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The sights and sounds of 150 years of history

June 14, 2013
By Karen Wils , Daily Press

ESCANABA - On a hot summer night, when the western sky turns red, the sounds of yesterday seem to echo through the mouth of the "old Esky."

The Escanaba River, our namesake, glows in the aftermath of another day.

A boat motor whines, a train engine chugs, a blue heron squawks and the frogs' chorus begins. As the light of day fades into night, ancient noises rise above the river.

Did you hear a horse whinnying? Was that the splashing and spearing of peeves and cant hooks against water and wood?

Was it just my imagination, or is a saw zing-zinging on the eastern most end of the Escanaba River? Do you smell sawdust and smoke?

If you look in to the last light of day along the river, you may catch a glimpse of a native canoe, a trapper, a lumberjack, a streetcar or a world famous lumber mill, before it disappears into the darkness.

The mouth of the Escanaba River is the birthplace of our town. White settlers were first drawn to the riches that came out of the river like beaver pelts, white pine, hard woods, fish and hydroelectricity.

The "Century Book" tells us that Delta County's first permanent settlers, Louis Roberts and his wife, came to the river in the early 1830's. Chandler's water powered saw mill was built along the Escanaba in 1836.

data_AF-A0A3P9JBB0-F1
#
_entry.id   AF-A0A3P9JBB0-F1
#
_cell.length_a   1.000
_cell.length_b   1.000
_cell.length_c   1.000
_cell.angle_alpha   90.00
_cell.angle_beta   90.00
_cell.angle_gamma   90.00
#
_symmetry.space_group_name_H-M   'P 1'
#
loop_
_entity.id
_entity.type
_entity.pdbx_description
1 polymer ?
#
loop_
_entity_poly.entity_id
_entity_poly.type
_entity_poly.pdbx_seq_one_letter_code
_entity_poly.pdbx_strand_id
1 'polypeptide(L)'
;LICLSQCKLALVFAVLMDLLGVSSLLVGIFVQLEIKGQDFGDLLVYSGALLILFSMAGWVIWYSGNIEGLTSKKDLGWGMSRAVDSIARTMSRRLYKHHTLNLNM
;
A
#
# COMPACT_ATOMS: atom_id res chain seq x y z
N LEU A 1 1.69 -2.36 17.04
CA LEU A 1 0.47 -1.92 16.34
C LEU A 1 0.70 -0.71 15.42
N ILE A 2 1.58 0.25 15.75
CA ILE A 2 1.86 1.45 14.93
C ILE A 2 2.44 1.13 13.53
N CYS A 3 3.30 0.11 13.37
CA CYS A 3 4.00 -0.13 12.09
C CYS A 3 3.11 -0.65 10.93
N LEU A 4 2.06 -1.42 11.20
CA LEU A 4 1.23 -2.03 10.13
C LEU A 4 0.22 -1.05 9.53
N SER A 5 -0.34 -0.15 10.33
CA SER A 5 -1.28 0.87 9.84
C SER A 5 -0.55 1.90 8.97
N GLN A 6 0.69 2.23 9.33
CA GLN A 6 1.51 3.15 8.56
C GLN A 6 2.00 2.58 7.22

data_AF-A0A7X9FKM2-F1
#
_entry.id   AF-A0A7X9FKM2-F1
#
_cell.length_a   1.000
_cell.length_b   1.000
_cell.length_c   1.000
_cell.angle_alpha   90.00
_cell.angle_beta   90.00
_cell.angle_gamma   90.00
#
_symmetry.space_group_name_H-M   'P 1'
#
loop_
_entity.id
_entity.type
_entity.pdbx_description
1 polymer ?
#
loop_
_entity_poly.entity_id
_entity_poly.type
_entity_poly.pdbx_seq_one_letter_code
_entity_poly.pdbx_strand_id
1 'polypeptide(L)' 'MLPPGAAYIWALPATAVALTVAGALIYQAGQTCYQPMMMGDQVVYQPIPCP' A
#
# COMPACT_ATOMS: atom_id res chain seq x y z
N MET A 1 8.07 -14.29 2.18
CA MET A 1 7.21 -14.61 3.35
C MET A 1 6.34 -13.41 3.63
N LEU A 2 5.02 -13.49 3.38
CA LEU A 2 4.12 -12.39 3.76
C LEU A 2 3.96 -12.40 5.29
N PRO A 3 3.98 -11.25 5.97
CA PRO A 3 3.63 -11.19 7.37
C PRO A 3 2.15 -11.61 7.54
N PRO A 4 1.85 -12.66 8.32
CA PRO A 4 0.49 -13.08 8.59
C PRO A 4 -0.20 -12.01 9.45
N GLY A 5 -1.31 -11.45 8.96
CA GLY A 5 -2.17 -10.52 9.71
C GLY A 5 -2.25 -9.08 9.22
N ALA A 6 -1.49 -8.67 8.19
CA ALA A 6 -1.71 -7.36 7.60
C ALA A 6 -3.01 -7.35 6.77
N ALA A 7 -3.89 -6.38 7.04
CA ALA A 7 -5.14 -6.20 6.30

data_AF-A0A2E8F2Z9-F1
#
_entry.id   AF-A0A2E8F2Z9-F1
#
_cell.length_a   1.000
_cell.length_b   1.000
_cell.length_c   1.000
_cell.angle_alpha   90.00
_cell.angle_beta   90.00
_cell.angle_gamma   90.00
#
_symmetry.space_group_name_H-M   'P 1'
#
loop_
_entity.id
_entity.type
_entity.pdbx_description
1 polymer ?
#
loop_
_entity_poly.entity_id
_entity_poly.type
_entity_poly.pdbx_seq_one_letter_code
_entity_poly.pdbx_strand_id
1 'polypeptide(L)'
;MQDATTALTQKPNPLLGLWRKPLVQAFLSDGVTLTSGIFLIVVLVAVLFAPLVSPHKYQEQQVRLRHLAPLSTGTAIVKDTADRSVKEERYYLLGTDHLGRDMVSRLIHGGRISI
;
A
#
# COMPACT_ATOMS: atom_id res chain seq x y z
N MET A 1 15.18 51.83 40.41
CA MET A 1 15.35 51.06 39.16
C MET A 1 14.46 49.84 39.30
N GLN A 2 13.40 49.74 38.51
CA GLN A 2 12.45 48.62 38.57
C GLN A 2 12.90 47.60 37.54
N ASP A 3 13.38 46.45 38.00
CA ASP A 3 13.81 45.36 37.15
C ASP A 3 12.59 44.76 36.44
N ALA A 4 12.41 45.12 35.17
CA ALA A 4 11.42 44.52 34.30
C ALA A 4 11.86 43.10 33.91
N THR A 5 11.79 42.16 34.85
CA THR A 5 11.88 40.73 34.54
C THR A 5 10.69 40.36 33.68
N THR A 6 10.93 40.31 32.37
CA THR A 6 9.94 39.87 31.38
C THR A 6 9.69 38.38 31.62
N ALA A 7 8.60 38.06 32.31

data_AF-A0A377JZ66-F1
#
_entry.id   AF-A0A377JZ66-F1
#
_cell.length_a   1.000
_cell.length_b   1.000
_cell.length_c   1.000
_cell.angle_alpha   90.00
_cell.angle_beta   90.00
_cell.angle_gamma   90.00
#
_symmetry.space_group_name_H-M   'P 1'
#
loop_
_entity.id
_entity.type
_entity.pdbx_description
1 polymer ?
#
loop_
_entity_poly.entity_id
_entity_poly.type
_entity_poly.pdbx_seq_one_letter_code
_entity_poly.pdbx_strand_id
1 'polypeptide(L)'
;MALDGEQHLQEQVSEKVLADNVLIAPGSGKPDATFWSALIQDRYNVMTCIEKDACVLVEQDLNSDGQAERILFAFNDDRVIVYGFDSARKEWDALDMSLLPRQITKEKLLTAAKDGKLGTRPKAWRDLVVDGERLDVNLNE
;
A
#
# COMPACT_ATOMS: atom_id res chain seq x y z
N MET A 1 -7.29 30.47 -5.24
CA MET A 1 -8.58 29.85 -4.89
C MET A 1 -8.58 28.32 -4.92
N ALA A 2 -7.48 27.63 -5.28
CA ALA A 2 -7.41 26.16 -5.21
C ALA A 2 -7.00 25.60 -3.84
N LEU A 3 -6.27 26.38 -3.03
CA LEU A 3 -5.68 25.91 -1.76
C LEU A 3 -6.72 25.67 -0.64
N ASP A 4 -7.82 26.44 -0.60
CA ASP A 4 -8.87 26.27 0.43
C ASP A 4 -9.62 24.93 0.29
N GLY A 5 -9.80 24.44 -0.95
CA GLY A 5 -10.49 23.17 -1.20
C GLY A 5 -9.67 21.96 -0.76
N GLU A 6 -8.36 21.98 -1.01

Sand Point, Ludington Street, the park and the manmade Aronson Island would follow in years to come.

The river got its name from a combination of words the native peoples called it meaning "Flat Rock." This grand flat rock river would become world famous by 1900 when the I. Stephenson Company produced 200 million feet of hardwood lumber annually. Two mills spanning the mouth and the island in the middle of the mouth, made maple flooring.

The factory employed 3,000 men, including my Grandpa Stasewich.

Since that time, the east end of the river has sort of been forgotten. Many of the old pilings from the I. Stephenson Company are still visible along the banks. The old cement highway bridge stands like a dinosaur lost in time.

When the soot and the sawdust receded, many of the wild creatures and walleye returned to the area. The City of Escanaba built a northshore boat launch on the side of the river. This is a great place to view the birthplace of our town. It's a nice place for a little nature hike and a nice place to touch the history of our area.

Escanaba has a very important birthday coming up this year. Our city will be 150 years old! Do you remember the Centennial celebration in 1963? A committee is in the planning stages for a gala 150 years celebration.

Listen to the whispers of our forefathers in the lapping of the river against the antique wood and ancient rocks.

Listen, did you hear that? Was it a gull or a ghost of the big mill?

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Karen (Rose) Wils is a lifelong resident of Escanaba. Her folksy columns are published weekly in Lifestyles.

 
 

 

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